Beth-rehob] Beth-rehob (= house of Rehob) or Rehob (2 Samuel 10:8), the capital of this Syrian kingdom, can hardly be the Beth-rehob near Dan mentioned in Jdg 18:28, which was in Israelite territory. It is better to place it at Ruhaibeh, 25 miles N.E. of Damascus, or to identify it with Rehoboth by the river (Genesis 36:37), the site of which is fixed a few miles below the junction of the Chaboras with the Euphrates. In this case the Mesopotamians mentioned in the parallel passage in 1 Chron. may be the same as the Syrians of Beth-rehob.

the Syrians of Zoba] See note on ch. 2 Samuel 8:3.

and of king Maacah] Rather, and the king of Maacah. This small Syrian kingdom was in the neighbourhood of Geshur, adjoining the province of Argob in the north-east of Bashan (Deuteronomy 3:14), somewhere to the east of the wild and rocky region now called El-Lejah. Some however would place it on the south-west slope of Hermon at the sources of the Jordan. See notes on Joshua 12:5; Joshua 13:13.

and of Ish-tob] Rather, and the men of Tob, the district in which Jephthah took refuge (Jdg 11:3). It seems to have been somewhere north or east of Gilead, between Syria and the country of the Ammonites.

The text of Chronicles differs from that of Samuel in several points. (a) It mentions the price paid to the Syrians, a thousand talents of silver, and names Medeba as the rendezvous where their forces assembled. (b) The names of the countries from which the mercenaries were drawn are given as Mesopotamia, Maacah, and Zobah. Beth-rehob may be included under Mesopotamia (2 Samuel 10:6, note). Tob is not mentioned; perhaps it was a dependency of Zobah, and is included under it. The contingent sent by each is not specified. (c) The total number of 32,000 besides the men of Maacah, agrees with the numbers here; but the reading chariots in the present text of 1 Chronicles 19:7 can scarcely be right. 32,000 chariots would be a force of unexampled magnitude. See 1 Kings 10:26; 2 Chronicles 12:3; 2 Chronicles 14:9. The text of Samuel also seems to be defective, as the force doubtless had some cavalry and chariots and did not consist of infantry only.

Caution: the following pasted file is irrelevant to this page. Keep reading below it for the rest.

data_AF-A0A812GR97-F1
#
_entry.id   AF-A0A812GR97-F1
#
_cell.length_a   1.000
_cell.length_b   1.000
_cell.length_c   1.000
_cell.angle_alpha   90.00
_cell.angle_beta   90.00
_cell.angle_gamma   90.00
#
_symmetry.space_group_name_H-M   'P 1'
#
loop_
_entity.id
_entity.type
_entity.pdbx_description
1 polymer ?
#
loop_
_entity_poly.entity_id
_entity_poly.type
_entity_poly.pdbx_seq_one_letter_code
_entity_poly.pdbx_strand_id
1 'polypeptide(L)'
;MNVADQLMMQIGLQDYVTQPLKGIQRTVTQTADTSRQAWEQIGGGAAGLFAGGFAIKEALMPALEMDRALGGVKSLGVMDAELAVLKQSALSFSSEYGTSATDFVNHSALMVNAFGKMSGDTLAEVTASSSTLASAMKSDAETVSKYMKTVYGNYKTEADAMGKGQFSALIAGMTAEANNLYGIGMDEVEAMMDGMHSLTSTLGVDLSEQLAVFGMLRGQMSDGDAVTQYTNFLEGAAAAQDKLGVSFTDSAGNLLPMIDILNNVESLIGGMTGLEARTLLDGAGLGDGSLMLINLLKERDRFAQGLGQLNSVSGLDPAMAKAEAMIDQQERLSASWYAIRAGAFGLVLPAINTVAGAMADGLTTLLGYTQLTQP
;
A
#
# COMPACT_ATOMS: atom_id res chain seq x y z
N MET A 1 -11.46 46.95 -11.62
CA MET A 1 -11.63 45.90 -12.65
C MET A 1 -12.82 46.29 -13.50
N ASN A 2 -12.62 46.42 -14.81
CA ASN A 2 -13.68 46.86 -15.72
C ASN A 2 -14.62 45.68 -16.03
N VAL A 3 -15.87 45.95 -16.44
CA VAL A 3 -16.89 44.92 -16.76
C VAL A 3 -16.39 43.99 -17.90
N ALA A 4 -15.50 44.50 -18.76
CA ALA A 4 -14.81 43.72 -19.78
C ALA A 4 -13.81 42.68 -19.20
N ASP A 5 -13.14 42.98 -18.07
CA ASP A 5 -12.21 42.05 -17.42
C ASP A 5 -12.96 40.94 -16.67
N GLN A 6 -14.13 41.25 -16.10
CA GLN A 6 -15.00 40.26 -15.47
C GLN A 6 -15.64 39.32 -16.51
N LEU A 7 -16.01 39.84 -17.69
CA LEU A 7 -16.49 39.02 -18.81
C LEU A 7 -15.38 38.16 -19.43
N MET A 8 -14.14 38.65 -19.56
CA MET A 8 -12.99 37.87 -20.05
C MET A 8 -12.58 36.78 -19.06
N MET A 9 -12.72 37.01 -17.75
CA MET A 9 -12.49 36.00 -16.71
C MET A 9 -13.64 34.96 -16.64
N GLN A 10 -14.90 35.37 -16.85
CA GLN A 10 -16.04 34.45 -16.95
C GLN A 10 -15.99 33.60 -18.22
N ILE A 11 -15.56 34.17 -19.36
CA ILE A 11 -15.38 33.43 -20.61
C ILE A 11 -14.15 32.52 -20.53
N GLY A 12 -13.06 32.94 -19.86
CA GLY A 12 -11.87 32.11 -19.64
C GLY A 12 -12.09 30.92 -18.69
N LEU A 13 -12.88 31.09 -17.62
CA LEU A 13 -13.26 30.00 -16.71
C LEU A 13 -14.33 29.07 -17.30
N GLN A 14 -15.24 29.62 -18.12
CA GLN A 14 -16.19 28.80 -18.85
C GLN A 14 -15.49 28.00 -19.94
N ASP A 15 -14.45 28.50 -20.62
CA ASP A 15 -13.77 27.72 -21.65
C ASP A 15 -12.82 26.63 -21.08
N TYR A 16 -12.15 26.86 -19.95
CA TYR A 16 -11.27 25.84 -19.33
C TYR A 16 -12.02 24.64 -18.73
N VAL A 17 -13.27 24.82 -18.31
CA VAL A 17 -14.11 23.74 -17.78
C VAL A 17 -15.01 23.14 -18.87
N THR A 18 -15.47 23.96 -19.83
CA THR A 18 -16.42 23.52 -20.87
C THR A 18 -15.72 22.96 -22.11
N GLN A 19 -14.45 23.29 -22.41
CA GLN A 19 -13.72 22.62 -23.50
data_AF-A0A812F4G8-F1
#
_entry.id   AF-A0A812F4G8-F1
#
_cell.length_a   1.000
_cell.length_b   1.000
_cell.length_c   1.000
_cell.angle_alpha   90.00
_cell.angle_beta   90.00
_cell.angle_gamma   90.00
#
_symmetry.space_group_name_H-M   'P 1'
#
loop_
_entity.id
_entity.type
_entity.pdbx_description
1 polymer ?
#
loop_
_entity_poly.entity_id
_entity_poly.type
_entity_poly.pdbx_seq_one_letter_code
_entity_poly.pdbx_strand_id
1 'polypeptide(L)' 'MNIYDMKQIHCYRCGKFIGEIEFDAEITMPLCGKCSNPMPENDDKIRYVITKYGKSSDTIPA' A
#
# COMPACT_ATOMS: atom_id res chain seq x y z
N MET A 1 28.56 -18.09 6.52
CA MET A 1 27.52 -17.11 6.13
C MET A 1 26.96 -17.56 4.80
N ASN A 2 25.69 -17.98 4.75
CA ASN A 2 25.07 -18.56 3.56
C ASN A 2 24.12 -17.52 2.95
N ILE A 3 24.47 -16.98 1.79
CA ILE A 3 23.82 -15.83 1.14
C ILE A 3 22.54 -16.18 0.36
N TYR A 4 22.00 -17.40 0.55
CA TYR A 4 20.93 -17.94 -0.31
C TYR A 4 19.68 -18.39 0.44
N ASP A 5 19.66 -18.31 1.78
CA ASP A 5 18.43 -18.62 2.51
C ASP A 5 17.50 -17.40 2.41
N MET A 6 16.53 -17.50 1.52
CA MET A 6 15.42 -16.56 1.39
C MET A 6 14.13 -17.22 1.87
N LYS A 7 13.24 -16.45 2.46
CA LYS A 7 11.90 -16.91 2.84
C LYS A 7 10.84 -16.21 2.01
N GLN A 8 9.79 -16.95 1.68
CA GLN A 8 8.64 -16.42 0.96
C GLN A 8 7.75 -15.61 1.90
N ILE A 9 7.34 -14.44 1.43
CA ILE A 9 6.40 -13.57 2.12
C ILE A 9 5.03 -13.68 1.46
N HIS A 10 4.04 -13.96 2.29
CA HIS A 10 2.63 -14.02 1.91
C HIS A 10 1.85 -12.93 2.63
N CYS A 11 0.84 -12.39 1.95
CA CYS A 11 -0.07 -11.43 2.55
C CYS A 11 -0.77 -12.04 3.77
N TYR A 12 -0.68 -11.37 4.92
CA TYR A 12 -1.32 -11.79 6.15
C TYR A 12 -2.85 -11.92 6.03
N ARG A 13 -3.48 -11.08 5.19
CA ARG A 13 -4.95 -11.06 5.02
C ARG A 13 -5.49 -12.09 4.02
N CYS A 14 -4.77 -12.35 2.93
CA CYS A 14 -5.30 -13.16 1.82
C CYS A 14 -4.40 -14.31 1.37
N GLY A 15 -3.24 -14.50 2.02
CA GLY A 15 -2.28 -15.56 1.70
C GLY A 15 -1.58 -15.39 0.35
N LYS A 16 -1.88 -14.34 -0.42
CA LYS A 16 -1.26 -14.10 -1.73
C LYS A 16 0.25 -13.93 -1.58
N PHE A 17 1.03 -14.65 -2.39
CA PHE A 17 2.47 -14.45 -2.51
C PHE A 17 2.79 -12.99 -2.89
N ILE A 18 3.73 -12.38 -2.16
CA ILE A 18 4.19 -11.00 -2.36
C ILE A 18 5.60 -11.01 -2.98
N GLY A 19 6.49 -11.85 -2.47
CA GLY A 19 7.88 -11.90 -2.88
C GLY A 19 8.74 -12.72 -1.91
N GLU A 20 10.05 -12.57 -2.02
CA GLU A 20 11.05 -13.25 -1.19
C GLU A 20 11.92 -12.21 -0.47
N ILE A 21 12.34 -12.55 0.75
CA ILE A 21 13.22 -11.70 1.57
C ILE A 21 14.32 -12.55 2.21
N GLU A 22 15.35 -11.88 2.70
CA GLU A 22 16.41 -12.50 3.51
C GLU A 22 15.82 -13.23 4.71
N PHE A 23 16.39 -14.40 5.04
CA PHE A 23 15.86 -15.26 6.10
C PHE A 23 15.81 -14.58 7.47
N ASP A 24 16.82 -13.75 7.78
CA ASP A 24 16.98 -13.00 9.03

Verse 6. - That they stank (see notes on 1 Samuel 13:4; 27:12). As the Hebrew literally means, had made themselves stink, the Revised Version rightly translates "had made themselves odious." The children of Ammon sent and hired the Syrians. From 1 Chronicles 19:6 we learn that his mercenaries from Aram cost Hanun a thousand talents of silver, or nearly five hundred thousand pounds - a vast sum, especially considering the great relative value of silver in those days. The mercenaries, moreover, were gathered out of numerous districts of Aram - from Rehob, Zoba, Beth-Maacah, and Tob; the margin being right in rendering "the men of Tob," instead of "Ish-tob." So, too, the Revised Version, "The men of Tob twelve thousand men." It was to this land that Jephthah fled (Judges 11:3). The whole number of the allies was thirty-three thousand, with which total the parallel place agrees, as they are described there as "thirty-two thousand, and the King of Maacah and his people," who are here said to have been a thousand strong. The text, however, there must be corrupt, as it describes them all as horsemen (Authorized Version, "chariots;" 1 Chronicles 19:7); here footmen only are mentioned, with which the narrative agrees (see note on ver. 18). 2 Samuel 10:6When the Ammonites saw that they had made themselves stinking before David, and therefore that David would avenge the insult offered to the people of Israel in the persons of their ambassadors, they looked round for help among the powerful kings of Syria. They hired as auxiliaries (with a thousand talents of silver, i.e., nearly half a million of pounds sterling, according to 1 Chronicles 19:6) twenty thousand foot from Aram-Beth-Rehob and Aram-Zoba, and one thousand men from the king of Maacah, and twelve thousand troops from the men of Tob. Aram-Beth-Rehob was the Aramaean kingdom, the capital of which was Beth-rehob. This Beth-rehob, which is simply called Rehob in v. 8, is in all probability the city of this name mentioned in Numbers 13:21 and Judges 18:28, which lay to the south of Hamath, but the exact position of which has not yet been discovered: for the castle of Hunin, in the ruins of which Robinson imagines that he has found Beth-rehob Bibl. Researches, p. 370), is to the south-west of Tell el Kadi, the ancient Laish-Dan, the northern boundary of the Israelitish territory; so that the capital of this Aramaean kingdom would have been within the limits of the land of Israel, - a thing which is inconceivable. Aram-Naharaim is also mentioned in the corresponding text of the Chronicles, and for that reason many have identified Beth-Rehob with Rehoboth, on "the river" (Euphrates), mentioned in Genesis 36:37. But this association is precluded by the fact, that in all probability the latter place is to be found in Rachabe, which is upon the Euphrates and not more than half a mile from the river (see Ritter, Erdk. xv. p. 128), so that from its situation it can hardly have been the capital of a separate Aramaean kingdom, as the government of the king of Zoba extended, according to 2 Samuel 10:16, beyond the Euphrates into Mesopotamia. On Aram-Zoba, see at 2 Samuel 8:3; and for Maacah at Deuteronomy 3:14. אישׁ־טוב is not to be taken as one word and rendered as a proper name, Ish-Tob, as it has been by most of the earlier translators; but אישׁ is a common noun used in a collective sense (as it frequently is in the expression ישׂראל אישׁ), "the men of Tob." Tob was the district between Syria and Ammonitis, where Jephthah had formerly taken refuge (Judges 11:5). The corresponding text of the Chronicles (1 Chronicles 19:6-7) is fuller, and differs in several respects from the text before us. According to the Chronicles, Hanun sent a thousand talents of silver to hire chariots and horsemen from Aram-Naharaim, Aram-maacah, and Zobah. With this the Ammonites hired thirty-two thousand receb (i.e., chariots and horsemen: see at 2 Samuel 8:4), and the king of Maacah and his people. They came and encamped before Medeba, the present ruin of Medaba, two hours to the south-east of Heshbon, in the tribe of Reuben (see at Numbers 21:30, compared with Joshua 13:16), and the Ammonites gathered together out of their cities, and went to the war. The Chronicles therefore mention Aram-Naharaim (i.e., Mesopotamia) as hired by the Ammonites instead of Aram-Beth-Rehob, and leave out the men of Tob. The first of these differences is not to be explained, as Bertheau suggests, on the supposition that the author of the Chronicles took Beth-rehob to be the same city as Rehoboth of the river in Genesis 36:37, and therefore substituted the well-known "Aram of the two rivers" as an interpretation of the rarer name Beth-rehob, though hardly on good ground. For this conjecture does not help to explain the omission of "the men of Tob." It is a much simpler explanation, that the writer of the Chronicles omitted Beth-rehob and Tob as being names that were less known, this being the only place in the Old Testament in which they occur as separate kingdoms, and simply mentioned the kingdoms of Maacah and Zoba, which frequently occur; and that he included "Aram of the two rivers," and placed it at the head, because the Syrians obtained succour from Mesopotamia after their first defeat. The account in the Chronicles agrees with the one before us, so far as the number of auxiliary troops is concerned. For twenty thousand men of Zoba and twelve thousand of Tob amount to thirty-two thousand, besides the people of the king of Maacah, who sent a thousand men according to the text of Samuel. But according to that of the Chronicles, the auxiliary troops consisted of chariots and horsemen, whereas only foot-soldiers are mentioned in our text, which appears all the more remarkable, because according to 2 Samuel 8:4, and 1 Chronicles 18:4, the king of Zoba fought against David with a considerable force of chariots and horsemen. It is very evident, therefore, that there are copyists' errors in both texts; for the troops of the Syrians did not consist of infantry only, nor of chariots and horsemen alone, but of foot-soldiers, cavalry, and war-chariots, as we may see very clearly not only from the passages already quoted in 2 Samuel 8:4 and 1 Chronicles 18:4, but also from the conclusion to the account before us. According to 2 Samuel 10:18 of this chapter, when Hadarezer had reinforced his army with auxiliaries from Mesopotamia, after losing the first battle, David smote seven hundred receb and forty thousand parashim of Aram, whilst according to the parallel text (1 Chronicles 19:18) he smote seven thousand receb and forty thousand foot. Now, apart from the difference between seven thousand and seven hundred in the case of the receb, which is to be interpreted in the same way as a similar difference in 2 Samuel 8:4, the Chronicles do not mention any parashim at all in 2 Samuel 10:18, but foot-soldiers only, whereas in 2 Samuel 10:7 they mention only receb and parashim; and, on the other hand, there are no foot-soldiers given in 2 Samuel 10:18 of the text before us, but riders only, whereas in 2 Samuel 10:6 there are none but foot-soldiers mentioned, without any riders at all. It is evident that in both engagements the Syrians fought with all three (infantry, cavalry, and chariots), so that in both of them David smote chariots, horsemen, and foot.